Ukrainian Autocephalous Orthodox Church in the Diaspora

In Eastern Christianity an autocephalous church is one which is self-governed, and not subject to a higher authority. The UAOC was first established in Ukraine in 1921 following the Ukrainian Revolution of 1917-1920. The aim was to re-establish the independence of Ukrainian Orthodoxy from the Russian Orthodox Church (Moscow Patriarchate), to which the Kyiv Metropolitanate had been transferred in 1686 from the jurisdiction of the Patriarchate of Constantinople. In the 1930s, under pressure from the Soviet authorities, the UAOC ceased to exist. It was re-established in 1941-42, during the German occupation of Ukraine, under the spiritual authority of metropolitan Dionisii Valedinsky, head of the Polish Autocephalous Orthodox Church (which had been granted autocephaly by the Ecumenical Patriarch in a decree, or tomos, issued in 1924). As Soviet forces began to retake the country in 1943-44 most of the UAOC bishops were evacuated to Warsaw. By the end of the Second World War the bishops had reached Germany, where there were many UAOC priests and a large number of Orthodox Ukrainian displaced persons and refugees. In 1945 the hierarchy in Germany founded the UAOC in the Diaspora (whose original Ukrainian name, UAPTs v emihratsii, was subsequently changed to UAPTs na chuzhyni, and later to UAPTs v diaspori). The church was headed by the metropolitans Polikarp Sikorskyi (1945-1953), Nikanor Abramovych (1953-1969), Mstyslav Skrypnyk (1969-1993) and Constantine Buggan (1994-2012). At the present time it covers Great Britain, Germany, France, Belgium, Australia and New Zealand, and is headed by Metropolitan Antony Scharba.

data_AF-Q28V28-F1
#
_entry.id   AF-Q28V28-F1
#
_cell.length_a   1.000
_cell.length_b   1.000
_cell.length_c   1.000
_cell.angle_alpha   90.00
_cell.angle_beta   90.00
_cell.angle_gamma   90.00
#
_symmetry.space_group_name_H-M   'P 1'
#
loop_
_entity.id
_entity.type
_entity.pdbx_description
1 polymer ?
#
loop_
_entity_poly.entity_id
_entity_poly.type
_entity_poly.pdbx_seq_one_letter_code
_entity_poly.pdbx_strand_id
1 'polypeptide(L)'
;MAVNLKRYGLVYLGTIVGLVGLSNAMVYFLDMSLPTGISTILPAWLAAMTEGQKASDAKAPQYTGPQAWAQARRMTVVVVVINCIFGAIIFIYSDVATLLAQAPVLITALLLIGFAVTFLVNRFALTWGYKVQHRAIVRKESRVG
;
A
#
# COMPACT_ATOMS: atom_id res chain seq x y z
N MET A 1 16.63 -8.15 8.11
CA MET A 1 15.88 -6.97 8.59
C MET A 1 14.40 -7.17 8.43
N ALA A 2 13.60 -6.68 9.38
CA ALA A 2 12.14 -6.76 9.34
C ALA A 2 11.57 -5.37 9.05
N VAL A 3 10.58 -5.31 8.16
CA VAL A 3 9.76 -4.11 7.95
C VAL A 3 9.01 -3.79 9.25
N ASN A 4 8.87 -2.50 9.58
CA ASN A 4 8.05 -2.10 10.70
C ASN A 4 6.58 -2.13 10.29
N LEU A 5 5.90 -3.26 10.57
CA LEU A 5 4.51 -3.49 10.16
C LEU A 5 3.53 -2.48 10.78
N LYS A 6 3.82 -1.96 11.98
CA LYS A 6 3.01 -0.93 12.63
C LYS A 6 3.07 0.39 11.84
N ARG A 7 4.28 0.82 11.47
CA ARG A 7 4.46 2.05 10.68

At a joint meeting held in April 1960, the leaders of the Ukrainian Orthodox Church of the USA (founded in 1920), the Ukrainian Greek Orthodox Church of Canada (founded in 1918; renamed Ukrainian Orthodox Church of Canada in 1990) and the UAOC in the Diaspora resolved that the three Churches (the largest Ukrainian Orthodox jurisdictions outside Ukraine) shall constitute metropolitanates of a single Ukrainian Orthodox Church (UOC) in the free world. For a short time the UAOC in the Diaspora maintained close relations with the UAOC in Ukraine, which was re-established in 1989. In June 1990 Metropolitan Skrypnyk, while remaining head of the UOC of the USA and the UAOC in the Diaspora, and resident in the USA, was elected patriarch of the UAOC in Ukraine (he held all three positions until his death in 1993). In 1995 the UAOC in the Diaspora, together with the UOC of the USA, was received into the jurisdiction of the Ecumenical Patriarch (the UOC of Canada has belonged to the Ecumenical Patriarchate since 1990). Since 1996 the bishops of the UOC convene in the Permanent Council of Ukrainian Orthodox Bishops Beyond the Borders of Ukraine.

Roman Krawec

Bibliography

Propamiatna knyha 15-littia Ukrainskoi Avtokefalnoi Pravoslavnoi Tserkvy u Velykii Brytanii (1947-1962), ed. by S. Molchanivskyi (London, 1962)

Vlasovskyi I., ‘Ukrainska Pravoslavna Tserkva v Zakhidnii Evropi na emigratsii’, in Narys istorii Ukrainskoi Pravoslavnoi Tserkvy (New York – Bound Brook, 1955-1966), vol. IV, part two, pp. 271-375

Narys istorii Ukrainskoi Avtokefalnoi Pravoslavnoi Tserkvy u Velykii Brytanii (1947-1987), ed. by S. Bohatyrets (London, 1988)

Pokalchuk, Yu., Ukraintsi u Velykii Brytanii (Lviv, 1999), pp. 87-90

Myzak N., ‘Diialnist Ukrainskoi Avtokefalnoi Pravoslavnoi Tserkvy u Velykii Brytanii (1947-1991 rr.), Relihiia ta Sotsium (Chernivtsi), 2014, no. 1-2 (13-14), pp. 67-76